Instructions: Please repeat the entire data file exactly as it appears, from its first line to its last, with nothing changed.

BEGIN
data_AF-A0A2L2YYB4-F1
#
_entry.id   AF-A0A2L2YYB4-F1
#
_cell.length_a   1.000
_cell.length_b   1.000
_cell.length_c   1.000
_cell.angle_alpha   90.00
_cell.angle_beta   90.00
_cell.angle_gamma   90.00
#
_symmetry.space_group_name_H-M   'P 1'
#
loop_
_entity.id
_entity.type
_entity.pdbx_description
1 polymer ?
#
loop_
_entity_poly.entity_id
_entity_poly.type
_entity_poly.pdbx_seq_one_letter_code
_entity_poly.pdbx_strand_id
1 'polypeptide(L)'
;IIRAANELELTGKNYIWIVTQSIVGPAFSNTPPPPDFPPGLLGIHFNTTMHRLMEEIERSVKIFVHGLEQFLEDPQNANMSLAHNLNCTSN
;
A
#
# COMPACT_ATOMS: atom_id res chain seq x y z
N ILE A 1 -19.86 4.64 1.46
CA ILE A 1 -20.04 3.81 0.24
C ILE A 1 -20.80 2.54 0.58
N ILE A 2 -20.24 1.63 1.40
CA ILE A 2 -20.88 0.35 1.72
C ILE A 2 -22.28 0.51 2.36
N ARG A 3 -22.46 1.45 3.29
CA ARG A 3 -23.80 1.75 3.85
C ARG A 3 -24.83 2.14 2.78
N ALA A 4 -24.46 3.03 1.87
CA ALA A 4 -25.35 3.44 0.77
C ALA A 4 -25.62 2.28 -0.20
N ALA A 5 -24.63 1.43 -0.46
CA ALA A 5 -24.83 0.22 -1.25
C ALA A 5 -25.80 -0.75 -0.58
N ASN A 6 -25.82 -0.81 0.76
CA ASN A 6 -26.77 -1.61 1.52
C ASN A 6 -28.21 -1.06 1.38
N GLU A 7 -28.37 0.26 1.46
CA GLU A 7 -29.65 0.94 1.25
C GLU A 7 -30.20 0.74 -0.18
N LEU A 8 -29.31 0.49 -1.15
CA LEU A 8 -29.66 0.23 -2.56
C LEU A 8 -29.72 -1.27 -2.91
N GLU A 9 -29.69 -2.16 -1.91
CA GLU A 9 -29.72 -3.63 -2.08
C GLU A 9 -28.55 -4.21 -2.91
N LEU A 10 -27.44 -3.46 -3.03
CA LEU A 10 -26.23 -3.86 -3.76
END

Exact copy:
data_AF-A0A2L2YYB4-F1
#
_entry.id   AF-A0A2L2YYB4-F1
#
_cell.length_a   1.000
_cell.length_b   1.000
_cell.length_c   1.000
_cell.angle_alpha   90.00
_cell.angle_beta   90.00
_cell.angle_gamma   90.00
#
_symmetry.space_group_name_H-M   'P 1'
#
loop_
_entity.id
_entity.type
_entity.pdbx_description
1 polymer ?
#
loop_
_entity_poly.entity_id
_entity_poly.type
_entity_poly.pdbx_seq_one_letter_code
_entity_poly.pdbx_strand_id
1 'polypeptide(L)'
;IIRAANELELTGKNYIWIVTQSIVGPAFSNTPPPPDFPPGLLGIHFNTTMHRLMEEIERSVKIFVHGLEQFLEDPQNANMSLAHNLNCTSN
;
A
#
# COMPACT_ATOMS: atom_id res chain seq x y z
N ILE A 1 -19.86 4.64 1.46
CA ILE A 1 -20.04 3.81 0.24
C ILE A 1 -20.80 2.54 0.58
N ILE A 2 -20.24 1.63 1.40
CA ILE A 2 -20.88 0.35 1.72
C ILE A 2 -22.28 0.51 2.36
N ARG A 3 -22.46 1.45 3.29
CA ARG A 3 -23.80 1.75 3.85
C ARG A 3 -24.83 2.14 2.78
N ALA A 4 -24.46 3.03 1.87
CA ALA A 4 -25.35 3.44 0.77
C ALA A 4 -25.62 2.28 -0.20
N ALA A 5 -24.63 1.43 -0.46
CA ALA A 5 -24.83 0.22 -1.25
C ALA A 5 -25.80 -0.75 -0.58
N ASN A 6 -25.82 -0.81 0.76
CA ASN A 6 -26.77 -1.61 1.52
C ASN A 6 -28.21 -1.06 1.38
N GLU A 7 -28.37 0.26 1.46
CA GLU A 7 -29.65 0.94 1.25
C GLU A 7 -30.20 0.74 -0.18
N LEU A 8 -29.31 0.49 -1.15
CA LEU A 8 -29.66 0.23 -2.56
C LEU A 8 -29.72 -1.27 -2.91
N GLU A 9 -29.69 -2.16 -1.91
CA GLU A 9 -29.72 -3.63 -2.08
C GLU A 9 -28.55 -4.21 -2.91
N LEU A 10 -27.44 -3.46 -3.03
CA LEU A 10 -26.23 -3.86 -3.76